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How Danish cities could introduce no-diesel car zones

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How Danish cities could introduce no-diesel car zones
Traffic in Copenhagen. Photo: Sofie Mathiassen/Ritzau Scanpix
10:16 CEST+02:00
Mayors in Denmark’s largest cities want municipalities across the country to be given the option of introducing special environmental zones for traffic.

Municipal leaders from the four largest cities in Denmark want to ensure cleaner air in urban areas, and the suggestion has been welcomed by environment minister Lea Wermelin, Politiken and Ritzau report.

The mayors are proposing the government allows initiatives including the option of banning older diesel vehicles from designated ‘environment zones’ in cities.

“This is not a war against cars, but a war against health-hazardous emissions from diesel cars,” Copenhagen’s lord mayor Frank Jensen said in a press statement.

“That’s why we have to start placing environmental standards on cars that are driven in our cities, initially for the most polluting diesel cars,” Jensen added.

The proposal for environmental demands on cars in cities has been made jointly by city mayors in Aarhus, Odense, Aalborg and Copenhagen.

One element of the proposal calls for diesel cars produced before 2012 to be banned in the four cities from 2022.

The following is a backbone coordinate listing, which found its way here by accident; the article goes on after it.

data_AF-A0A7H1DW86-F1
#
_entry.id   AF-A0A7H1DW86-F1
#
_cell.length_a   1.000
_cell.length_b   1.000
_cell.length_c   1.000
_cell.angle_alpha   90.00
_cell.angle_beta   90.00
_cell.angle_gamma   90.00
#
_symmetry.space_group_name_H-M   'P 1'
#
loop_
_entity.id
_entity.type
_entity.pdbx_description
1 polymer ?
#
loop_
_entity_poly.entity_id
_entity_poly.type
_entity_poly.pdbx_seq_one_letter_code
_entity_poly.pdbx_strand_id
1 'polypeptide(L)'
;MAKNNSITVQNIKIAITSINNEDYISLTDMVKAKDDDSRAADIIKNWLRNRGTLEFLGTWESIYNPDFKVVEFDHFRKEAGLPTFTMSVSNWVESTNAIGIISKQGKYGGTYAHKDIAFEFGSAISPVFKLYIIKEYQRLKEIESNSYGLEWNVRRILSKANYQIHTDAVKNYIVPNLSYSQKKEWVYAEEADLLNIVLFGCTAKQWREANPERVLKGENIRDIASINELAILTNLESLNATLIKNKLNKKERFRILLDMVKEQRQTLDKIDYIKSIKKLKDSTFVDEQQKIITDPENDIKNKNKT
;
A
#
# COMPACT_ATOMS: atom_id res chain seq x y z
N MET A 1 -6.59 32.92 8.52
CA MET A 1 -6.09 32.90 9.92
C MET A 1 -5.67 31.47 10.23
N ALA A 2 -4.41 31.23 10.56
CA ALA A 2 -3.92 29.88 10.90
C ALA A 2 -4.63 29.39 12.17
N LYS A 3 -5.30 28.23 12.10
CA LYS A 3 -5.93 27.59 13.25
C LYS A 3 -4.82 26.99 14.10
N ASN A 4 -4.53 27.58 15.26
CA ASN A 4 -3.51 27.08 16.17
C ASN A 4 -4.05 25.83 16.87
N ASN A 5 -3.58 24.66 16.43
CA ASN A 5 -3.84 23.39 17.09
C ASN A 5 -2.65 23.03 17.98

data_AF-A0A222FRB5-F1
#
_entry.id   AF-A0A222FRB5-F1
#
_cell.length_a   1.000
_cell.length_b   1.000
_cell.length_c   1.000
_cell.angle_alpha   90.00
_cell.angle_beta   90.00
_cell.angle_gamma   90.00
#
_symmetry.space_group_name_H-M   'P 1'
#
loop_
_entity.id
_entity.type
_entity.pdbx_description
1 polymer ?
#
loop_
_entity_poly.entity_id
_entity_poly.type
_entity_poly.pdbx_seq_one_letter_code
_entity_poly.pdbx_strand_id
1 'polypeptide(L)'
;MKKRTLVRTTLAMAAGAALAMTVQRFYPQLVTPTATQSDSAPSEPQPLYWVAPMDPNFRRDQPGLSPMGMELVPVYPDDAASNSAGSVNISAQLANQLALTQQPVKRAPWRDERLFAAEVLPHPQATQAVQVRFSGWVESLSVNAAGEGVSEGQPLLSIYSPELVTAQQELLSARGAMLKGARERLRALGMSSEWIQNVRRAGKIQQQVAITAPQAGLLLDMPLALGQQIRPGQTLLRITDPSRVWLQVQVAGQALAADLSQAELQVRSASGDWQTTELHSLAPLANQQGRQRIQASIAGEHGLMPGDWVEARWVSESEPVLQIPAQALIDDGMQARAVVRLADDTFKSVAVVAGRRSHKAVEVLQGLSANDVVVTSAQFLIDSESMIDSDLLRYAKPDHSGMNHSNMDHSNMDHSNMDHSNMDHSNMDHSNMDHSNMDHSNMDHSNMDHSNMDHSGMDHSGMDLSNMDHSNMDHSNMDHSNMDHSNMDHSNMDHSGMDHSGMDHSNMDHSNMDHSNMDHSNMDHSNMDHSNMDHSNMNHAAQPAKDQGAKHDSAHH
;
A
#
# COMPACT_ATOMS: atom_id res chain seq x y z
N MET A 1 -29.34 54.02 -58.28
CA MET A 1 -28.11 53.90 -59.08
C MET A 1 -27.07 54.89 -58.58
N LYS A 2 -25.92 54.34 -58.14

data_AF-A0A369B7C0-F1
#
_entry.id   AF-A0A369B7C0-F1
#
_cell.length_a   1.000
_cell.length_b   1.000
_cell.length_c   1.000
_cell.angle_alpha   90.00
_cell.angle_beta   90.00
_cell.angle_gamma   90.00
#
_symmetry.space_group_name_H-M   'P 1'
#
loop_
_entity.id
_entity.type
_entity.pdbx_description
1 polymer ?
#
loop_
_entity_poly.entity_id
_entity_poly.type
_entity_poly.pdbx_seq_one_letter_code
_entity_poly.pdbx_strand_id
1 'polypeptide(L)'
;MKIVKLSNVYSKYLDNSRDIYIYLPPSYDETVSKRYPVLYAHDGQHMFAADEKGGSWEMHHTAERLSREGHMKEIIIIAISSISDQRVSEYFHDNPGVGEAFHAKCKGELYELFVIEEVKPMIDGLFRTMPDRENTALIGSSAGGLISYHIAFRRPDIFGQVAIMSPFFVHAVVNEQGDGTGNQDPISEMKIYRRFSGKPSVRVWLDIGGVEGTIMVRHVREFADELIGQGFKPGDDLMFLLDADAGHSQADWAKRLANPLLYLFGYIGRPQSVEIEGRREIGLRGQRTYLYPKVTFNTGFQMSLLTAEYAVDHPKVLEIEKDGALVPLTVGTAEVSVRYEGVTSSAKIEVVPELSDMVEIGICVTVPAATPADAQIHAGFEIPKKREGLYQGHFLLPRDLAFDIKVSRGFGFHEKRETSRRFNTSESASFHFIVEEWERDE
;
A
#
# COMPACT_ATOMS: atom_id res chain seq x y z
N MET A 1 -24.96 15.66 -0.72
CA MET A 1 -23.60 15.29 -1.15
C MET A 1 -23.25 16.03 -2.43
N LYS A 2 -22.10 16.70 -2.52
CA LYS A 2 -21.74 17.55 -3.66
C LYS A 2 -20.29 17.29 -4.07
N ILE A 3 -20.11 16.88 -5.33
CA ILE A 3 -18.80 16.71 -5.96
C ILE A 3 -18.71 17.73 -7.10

That would be extended in 2025 to cars produced prior to September 2016.

“I’m pleased we have mayors who are concerned with reducing air pollution,” Wermelin said.

“We know that thousands of Danes die too early because there is too much air pollution, particularly in the largest cities,” she continued.

“That is why it’s important for us to do more than we are doing today, and I am looking forward to discussing the specific proposals with municipalities and, as such, with parliamentary parties in regard to how we move forward,” the minister said.

Autobranchen Danmark, an industry organization representing car dealerships and workshops, said it backed measures to improve the environment.

The organization noted that both car traders and consumers should be given enough time to make necessary adjustments in order to comply with new rules.

“That is only fair, so that (traders and customers) know how the economy in garages and car dealerships is going to develop,” Autobranchen Danmark CEO Gitte Seeberg said.

Wermelin said she recognizes the need to take private financial situations into consideration.

“We should have strong climate policies, but also smart climate policies,” she said.

“That’s why we must make sure that new rules work while ensuring they don’t have a skewed social impact,” she added.

Current emissions zones in Danish cities apply only to buses and lorries.

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